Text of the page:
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There’s good news coming from the United States government regarding expanded scientific research on CBD. The Cannabidiol and Marijuana Research Expansion Act (S. 2032), a bill to encourage scientific and medical research on marijuana and its compounds including cannabidiol, or CBD, has been introduced by a bipartisan group of legislators. The bill has a good chance of passing because of its bipartisan support, and this is good for everyone – researchers, manufacturers, and consumers of CBD.
The office of Sen. Dianne Feinstein (D-CA), one of the lead sponsors of the bill, states in a press release:
“The goal of the Cannabidiol and Marijuana Research Expansion Act is to ensure that research on CBD and other potentially beneficial marijuana-derived substances is based on sound science while simultaneously reducing the regulatory barriers associated with conducting research on marijuana.”
Over the last few years, CBD has been discovered by many searching for answers to their chronic pain, anxiety, or other disorders. Virtual miracles have been reported. Most of the information available to the average consumer is anecdotal. It can find it difficult to find credible advice amongst all of the opinions thrown around on the internet. Because of the stringent restrictions on research on marijuana-derived substances, there is very little proven research that allows for guidelines on usage; searching for information has turned up confusing or even contradictory advice. As a result, many who could find relief have forgone CBD, unsure of dosages or usage guidelines.
The reason for this is the inexplicable classification of CBD as a Schedule 1 drug. Since 1937, hemp has been lumped in with all other cannabis plants, despite the fact that it does not include significant amounts of THC–the compound responsible for the “high” associated with marijuana. This classification is nonsensical since CBD does not impart a “high” to users, but politics has done other irrational things as well. As a result, scientists were unable to carry out large-scale studies because of legal restrictions on all marijuana-derived products.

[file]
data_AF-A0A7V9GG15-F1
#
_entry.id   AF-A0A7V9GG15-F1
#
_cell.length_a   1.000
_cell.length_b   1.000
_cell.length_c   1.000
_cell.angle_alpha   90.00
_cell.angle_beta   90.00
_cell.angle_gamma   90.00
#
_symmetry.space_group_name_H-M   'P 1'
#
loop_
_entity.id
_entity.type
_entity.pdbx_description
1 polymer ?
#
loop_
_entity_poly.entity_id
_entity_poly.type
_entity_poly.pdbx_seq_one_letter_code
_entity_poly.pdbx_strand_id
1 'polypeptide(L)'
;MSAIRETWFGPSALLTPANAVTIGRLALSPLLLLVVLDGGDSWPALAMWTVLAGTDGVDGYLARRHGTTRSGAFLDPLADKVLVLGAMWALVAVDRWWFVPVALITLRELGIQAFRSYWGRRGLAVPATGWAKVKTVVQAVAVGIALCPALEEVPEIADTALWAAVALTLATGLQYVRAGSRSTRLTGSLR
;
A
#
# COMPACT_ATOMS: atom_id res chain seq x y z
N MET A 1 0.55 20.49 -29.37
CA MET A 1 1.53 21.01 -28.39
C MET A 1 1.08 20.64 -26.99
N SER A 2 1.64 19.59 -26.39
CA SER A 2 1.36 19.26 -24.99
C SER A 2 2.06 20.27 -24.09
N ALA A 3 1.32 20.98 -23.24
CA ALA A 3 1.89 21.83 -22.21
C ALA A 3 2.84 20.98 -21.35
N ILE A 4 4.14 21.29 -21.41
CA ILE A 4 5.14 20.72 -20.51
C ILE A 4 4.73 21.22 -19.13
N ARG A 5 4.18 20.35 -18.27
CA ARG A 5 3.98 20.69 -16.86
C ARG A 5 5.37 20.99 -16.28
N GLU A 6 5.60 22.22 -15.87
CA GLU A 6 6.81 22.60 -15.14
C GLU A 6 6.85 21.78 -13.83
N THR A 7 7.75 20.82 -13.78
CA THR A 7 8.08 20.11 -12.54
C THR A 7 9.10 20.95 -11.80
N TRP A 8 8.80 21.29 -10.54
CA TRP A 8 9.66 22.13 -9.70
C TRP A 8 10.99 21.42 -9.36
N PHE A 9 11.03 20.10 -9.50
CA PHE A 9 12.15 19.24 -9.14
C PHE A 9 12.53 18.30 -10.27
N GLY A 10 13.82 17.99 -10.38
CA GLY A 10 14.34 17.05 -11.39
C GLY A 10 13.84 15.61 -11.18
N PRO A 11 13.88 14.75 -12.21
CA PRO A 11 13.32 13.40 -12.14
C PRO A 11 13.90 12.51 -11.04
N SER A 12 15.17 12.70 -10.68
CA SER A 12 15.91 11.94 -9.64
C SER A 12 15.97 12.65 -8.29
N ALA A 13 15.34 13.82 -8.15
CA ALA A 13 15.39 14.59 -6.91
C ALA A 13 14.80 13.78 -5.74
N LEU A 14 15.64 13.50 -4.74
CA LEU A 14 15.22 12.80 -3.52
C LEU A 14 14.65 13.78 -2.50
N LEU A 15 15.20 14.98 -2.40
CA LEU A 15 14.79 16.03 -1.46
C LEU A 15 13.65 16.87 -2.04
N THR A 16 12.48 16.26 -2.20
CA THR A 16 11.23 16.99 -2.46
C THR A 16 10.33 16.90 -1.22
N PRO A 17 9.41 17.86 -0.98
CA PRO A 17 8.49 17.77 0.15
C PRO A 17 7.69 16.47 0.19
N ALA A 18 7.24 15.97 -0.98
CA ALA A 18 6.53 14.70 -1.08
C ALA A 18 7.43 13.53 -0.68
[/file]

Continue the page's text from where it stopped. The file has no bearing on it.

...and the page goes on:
For example, there’s only one CBD derived drug approved by the FDA for a limited group of epilepsy patients, but many sufferers of the disease falling outside of the guidelines have been forced to obtain CBD from unregulated sources.
For a medically fragile person, this can be a serious problem, since research has not been done on drug interactions or even proper dosage. In addition, these unregulated products are not covered by insurance, despite their clear medical benefits.
Now, the US government is finally creating an environment in which real research into CBD will be possible; this exciting news means that consumers will have trustworthy, credible research to base their decisions on, rather than relying on their friends’ experiences or unproven claims by questionable sources.
CBD shows enormous promise for treating a wide range of diseases and disorders. But because of the barriers in federal law, consumers have had to rely on CBD that has not been approved by the FDA, leading to confusion and potential issues with quality.
According to Senators Chuck Grassley (R-IA) and Dianne Feinstein (D-CA), the bill is focused on expanding research to explore the potential benefits for, among other things, epilepsy. “Many parents have had success treating their children with CBD oil, particularly for intractable epilepsy, but there are still too many unknowns when it comes to the medical use of marijuana and its compounds,” Senator Feinstein said.
“Current regulations make medical marijuana research difficult and stifles the development of new treatments. Our combined bill streamlines the research process and paves the way for marijuana-derived medications that are FDA-approved to keep consumers safe.”
We’re encouraged by the progress in the US government and excited by the prospect of this wonderful drug helping millions of people cope with medical conditions without the use of pharmaceutical drugs.